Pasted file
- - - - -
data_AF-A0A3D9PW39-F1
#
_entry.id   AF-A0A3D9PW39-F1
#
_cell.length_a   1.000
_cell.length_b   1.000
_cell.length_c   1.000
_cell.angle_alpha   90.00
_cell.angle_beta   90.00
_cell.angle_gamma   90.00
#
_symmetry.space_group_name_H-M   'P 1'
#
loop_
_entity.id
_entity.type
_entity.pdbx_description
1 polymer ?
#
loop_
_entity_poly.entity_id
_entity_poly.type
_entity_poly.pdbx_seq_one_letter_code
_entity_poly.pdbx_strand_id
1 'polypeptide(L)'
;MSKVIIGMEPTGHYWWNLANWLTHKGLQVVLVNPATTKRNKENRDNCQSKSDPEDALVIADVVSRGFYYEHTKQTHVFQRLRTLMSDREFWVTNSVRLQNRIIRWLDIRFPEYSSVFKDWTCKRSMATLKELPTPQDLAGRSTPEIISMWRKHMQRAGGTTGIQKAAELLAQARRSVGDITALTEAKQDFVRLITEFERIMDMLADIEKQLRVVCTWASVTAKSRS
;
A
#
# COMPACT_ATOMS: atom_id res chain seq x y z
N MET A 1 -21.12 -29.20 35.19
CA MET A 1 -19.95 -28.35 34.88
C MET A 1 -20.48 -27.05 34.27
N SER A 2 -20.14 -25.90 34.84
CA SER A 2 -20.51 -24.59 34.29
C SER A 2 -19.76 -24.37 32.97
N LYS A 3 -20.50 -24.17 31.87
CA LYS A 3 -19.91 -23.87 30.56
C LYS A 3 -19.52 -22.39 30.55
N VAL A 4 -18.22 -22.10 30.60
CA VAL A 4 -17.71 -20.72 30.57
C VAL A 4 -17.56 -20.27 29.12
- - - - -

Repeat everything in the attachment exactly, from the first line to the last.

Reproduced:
data_AF-A0A3D9PW39-F1
#
_entry.id   AF-A0A3D9PW39-F1
#
_cell.length_a   1.000
_cell.length_b   1.000
_cell.length_c   1.000
_cell.angle_alpha   90.00
_cell.angle_beta   90.00
_cell.angle_gamma   90.00
#
_symmetry.space_group_name_H-M   'P 1'
#
loop_
_entity.id
_entity.type
_entity.pdbx_description
1 polymer ?
#
loop_
_entity_poly.entity_id
_entity_poly.type
_entity_poly.pdbx_seq_one_letter_code
_entity_poly.pdbx_strand_id
1 'polypeptide(L)'
;MSKVIIGMEPTGHYWWNLANWLTHKGLQVVLVNPATTKRNKENRDNCQSKSDPEDALVIADVVSRGFYYEHTKQTHVFQRLRTLMSDREFWVTNSVRLQNRIIRWLDIRFPEYSSVFKDWTCKRSMATLKELPTPQDLAGRSTPEIISMWRKHMQRAGGTTGIQKAAELLAQARRSVGDITALTEAKQDFVRLITEFERIMDMLADIEKQLRVVCTWASVTAKSRS
;
A
#
# COMPACT_ATOMS: atom_id res chain seq x y z
N MET A 1 -21.12 -29.20 35.19
CA MET A 1 -19.95 -28.35 34.88
C MET A 1 -20.48 -27.05 34.27
N SER A 2 -20.14 -25.90 34.84
CA SER A 2 -20.51 -24.59 34.29
C SER A 2 -19.76 -24.37 32.97
N LYS A 3 -20.50 -24.17 31.87
CA LYS A 3 -19.91 -23.87 30.56
C LYS A 3 -19.52 -22.39 30.55
N VAL A 4 -18.22 -22.10 30.60
CA VAL A 4 -17.71 -20.72 30.57
C VAL A 4 -17.56 -20.27 29.12